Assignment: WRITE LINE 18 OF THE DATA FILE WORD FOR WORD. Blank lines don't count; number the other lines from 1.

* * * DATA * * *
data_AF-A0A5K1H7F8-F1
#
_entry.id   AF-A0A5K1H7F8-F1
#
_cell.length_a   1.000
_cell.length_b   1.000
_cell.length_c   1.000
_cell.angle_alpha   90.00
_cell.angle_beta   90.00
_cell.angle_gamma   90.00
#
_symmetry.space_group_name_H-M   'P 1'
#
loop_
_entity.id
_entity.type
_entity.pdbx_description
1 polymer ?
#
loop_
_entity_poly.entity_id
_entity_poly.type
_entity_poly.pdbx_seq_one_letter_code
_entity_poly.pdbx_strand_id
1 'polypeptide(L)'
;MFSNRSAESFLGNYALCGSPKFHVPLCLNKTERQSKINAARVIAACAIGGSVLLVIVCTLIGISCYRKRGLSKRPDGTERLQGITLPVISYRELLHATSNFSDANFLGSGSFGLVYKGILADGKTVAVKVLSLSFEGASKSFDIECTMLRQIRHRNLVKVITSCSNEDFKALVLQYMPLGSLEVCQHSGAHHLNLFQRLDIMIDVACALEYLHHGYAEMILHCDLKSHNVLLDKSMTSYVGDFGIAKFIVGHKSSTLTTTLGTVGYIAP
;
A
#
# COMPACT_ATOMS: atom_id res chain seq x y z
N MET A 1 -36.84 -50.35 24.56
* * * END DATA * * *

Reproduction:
1 polymer ?